Just as the waters of the Neosho, Grand, Spring, Elk Rivers and Honey Creek were overflowing Grand Lake and sending Northeast Oklahoma folks to higher ground, we set out to get on The Ark. Opening in 2016, The Ark Encounter is a one-of-a-kind historically themed attraction. The largest timber-frame structure in the world, the 510 foot long full-size Ark is built to the scale and authentic to what Noah constructed in the days of The Flood. It had started to rain as we drove into Williamstown, Kentucky, and it seemed like a good place to be headed.
The door was open and there was plenty of room.
Our trip east also included a stop at the Creation Museum, which provides explanation of how it all got started. We took in the murals in Cuba, Missouri with a step-on guide who explained how the area’s history was being preserved and ugly walls were being covered up. It works.
We hit the Louisville Slugger Museum and Factory, and we were proud to find our local baseball legend Jimmy Beauchamp’s signature on his bat, displayed on the Wall of Fame for Louisville hitters. We also made it around to the Kentucky Derby Museum. This was especially fun for the Much-Older-Sister and me since we were there for the last history making Derby race. The beautiful museum celebrates the history of racing, horses, horse people, the Derby, there’s even a gallery of hats! We enjoyed watching the morning workouts of some “future contenders”.
We followed the Ohio River home, and it was obvious those waters weren’t interested in staying in their banks either. Barges were tied up by the dozens waiting for the river to lower to allow them safe room to pass under the bridges.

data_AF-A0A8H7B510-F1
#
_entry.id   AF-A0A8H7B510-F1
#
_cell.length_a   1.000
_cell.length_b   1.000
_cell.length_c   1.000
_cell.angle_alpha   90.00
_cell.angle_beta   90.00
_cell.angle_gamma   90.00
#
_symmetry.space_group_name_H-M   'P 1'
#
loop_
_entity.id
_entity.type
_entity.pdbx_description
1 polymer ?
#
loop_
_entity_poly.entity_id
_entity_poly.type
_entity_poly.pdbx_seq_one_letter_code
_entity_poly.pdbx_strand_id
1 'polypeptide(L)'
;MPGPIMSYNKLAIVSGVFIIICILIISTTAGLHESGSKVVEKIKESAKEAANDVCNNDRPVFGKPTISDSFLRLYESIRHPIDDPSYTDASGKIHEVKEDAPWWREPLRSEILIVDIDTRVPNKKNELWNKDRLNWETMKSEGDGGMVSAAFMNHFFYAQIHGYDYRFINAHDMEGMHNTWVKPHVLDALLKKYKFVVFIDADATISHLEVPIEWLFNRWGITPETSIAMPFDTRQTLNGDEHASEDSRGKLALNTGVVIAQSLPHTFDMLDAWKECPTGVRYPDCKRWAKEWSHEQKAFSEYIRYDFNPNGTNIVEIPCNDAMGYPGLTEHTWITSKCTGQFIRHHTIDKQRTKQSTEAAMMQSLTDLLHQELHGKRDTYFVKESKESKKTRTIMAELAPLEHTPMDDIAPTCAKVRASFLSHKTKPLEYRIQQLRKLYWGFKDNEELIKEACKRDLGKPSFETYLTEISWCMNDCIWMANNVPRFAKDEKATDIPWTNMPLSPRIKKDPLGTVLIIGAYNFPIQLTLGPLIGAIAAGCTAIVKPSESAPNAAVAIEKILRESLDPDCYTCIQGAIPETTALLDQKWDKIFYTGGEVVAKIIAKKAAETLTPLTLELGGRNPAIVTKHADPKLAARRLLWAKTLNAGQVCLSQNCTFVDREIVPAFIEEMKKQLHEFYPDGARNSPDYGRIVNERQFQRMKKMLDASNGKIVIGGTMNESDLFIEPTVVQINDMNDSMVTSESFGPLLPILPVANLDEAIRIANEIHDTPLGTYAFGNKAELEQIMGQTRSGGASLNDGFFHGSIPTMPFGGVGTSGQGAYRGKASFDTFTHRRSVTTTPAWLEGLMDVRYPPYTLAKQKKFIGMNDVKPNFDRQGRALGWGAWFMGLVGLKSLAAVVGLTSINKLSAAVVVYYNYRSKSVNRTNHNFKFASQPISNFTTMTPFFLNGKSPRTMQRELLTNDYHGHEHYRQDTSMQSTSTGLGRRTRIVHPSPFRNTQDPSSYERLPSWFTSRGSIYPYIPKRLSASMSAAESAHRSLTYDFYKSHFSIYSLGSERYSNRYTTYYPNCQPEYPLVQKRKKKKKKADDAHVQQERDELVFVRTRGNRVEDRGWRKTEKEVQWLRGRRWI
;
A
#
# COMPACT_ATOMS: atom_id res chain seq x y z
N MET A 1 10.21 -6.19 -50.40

We stopped in Paducah, Kentucky. Perched on the bank of the rolling Ohio, this historical city is probably best known for quilts. The National Quilt Museum is here and draws quilters and quilt lovers from far and wide to ohhh and ahhhh over these magnificent works of fabric art. Our Good to Go gang knew about Paducah, but they didn’t know about their local super-hero, “Quilt Man”. He jumped on our motor coach faster than a running sewing machine and seamlessly guided us around his hometown.
Quilt Man used the phrase “Adaptive Reuse” and pointed out to us how this city of over 25,000 has saved the old and gave places new life. We made our way down the river city’s floodwall. What could have been just stark and oppressive cement barriers, now boasts over 50 murals of the stories of Paducah. It’s literally an art gallery of great proportion! We cruised through Lowertown, the oldest section of the city. Most communities would have ordered demotions and modernized, but forward thinking created a project to allow artists to move in and renovate and decorate and the result? Historical homes are preserved and new businesses are giving back to the economy. “Quilt Man” (aka Fowler Black), with the local Convention and Visitors Bureau, said “Our goal is to keep as much original as possible so the story lives on.” Don’t you love that?
Ok, you knew it was coming.....WHY CAN’T WE HAVE THAT?! I will step on my soapbox once again, and shout, “Someday we are going to want to have this, to remember this! Don’t tear it down, repurpose it!” To take a piece out of Quilt Man’s cover, let’s reuse so the story lives on.
Patti Beth Anderson has more than 20 years of experience in the group travel industry taking people all over the world. Her motto is "I return with the same number of people I left with… not necessarily the same people, but the same number nevertheless. So no 'crankpots' allowed" She may be reached at 918-786-3318 or firstname.lastname@example.org.